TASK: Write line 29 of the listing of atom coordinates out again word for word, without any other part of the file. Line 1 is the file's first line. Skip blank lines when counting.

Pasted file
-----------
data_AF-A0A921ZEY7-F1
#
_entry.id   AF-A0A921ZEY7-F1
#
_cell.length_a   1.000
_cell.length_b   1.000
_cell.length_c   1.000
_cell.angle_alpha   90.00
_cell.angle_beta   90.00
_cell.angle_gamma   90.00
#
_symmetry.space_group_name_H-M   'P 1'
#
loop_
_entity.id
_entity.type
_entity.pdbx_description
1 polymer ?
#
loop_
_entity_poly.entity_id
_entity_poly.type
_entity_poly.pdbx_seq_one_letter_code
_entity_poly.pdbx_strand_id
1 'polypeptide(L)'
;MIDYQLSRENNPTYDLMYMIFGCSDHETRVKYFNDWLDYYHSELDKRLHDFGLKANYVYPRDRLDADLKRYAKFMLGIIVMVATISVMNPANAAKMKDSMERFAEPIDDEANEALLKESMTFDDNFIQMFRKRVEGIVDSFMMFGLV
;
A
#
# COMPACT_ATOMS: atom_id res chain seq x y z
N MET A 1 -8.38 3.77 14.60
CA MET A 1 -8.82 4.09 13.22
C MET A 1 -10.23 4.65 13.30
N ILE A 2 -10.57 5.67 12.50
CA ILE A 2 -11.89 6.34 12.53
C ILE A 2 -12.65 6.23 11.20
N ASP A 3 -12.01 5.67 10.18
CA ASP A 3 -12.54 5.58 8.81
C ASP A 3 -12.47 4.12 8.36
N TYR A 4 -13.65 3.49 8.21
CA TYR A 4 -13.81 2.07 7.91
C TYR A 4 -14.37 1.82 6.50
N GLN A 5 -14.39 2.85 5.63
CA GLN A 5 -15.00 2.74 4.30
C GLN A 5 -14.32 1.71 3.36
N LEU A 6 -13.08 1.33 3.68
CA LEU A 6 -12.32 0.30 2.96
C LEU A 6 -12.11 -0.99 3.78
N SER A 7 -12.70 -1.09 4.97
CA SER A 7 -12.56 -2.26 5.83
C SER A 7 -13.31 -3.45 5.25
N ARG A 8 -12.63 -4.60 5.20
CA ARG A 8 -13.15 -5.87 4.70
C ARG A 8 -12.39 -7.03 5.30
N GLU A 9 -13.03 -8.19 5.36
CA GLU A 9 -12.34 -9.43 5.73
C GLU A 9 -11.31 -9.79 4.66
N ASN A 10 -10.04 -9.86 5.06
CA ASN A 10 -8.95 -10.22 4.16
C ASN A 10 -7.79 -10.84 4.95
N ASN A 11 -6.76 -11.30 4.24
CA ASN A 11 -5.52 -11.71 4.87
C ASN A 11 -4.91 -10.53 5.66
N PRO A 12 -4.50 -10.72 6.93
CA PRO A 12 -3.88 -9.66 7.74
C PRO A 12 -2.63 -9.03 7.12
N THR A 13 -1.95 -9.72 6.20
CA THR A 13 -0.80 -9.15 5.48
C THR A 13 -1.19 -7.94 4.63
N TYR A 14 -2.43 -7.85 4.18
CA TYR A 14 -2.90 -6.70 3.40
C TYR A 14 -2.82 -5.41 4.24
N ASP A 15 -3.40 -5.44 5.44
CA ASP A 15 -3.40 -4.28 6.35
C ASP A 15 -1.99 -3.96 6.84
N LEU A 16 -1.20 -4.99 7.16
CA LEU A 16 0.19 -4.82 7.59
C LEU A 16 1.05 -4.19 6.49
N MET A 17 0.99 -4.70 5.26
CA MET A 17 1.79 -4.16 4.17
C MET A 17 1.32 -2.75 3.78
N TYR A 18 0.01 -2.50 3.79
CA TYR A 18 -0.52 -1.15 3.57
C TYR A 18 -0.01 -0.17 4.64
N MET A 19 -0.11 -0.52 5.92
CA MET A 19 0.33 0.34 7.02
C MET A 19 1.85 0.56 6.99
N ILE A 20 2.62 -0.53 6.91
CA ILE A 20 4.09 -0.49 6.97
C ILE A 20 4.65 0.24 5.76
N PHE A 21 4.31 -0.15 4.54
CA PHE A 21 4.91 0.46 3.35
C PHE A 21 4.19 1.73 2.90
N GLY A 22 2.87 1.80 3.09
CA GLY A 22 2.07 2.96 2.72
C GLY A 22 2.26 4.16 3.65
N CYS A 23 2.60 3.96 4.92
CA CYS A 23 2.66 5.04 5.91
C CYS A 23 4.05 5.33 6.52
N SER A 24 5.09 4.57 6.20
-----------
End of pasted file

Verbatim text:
#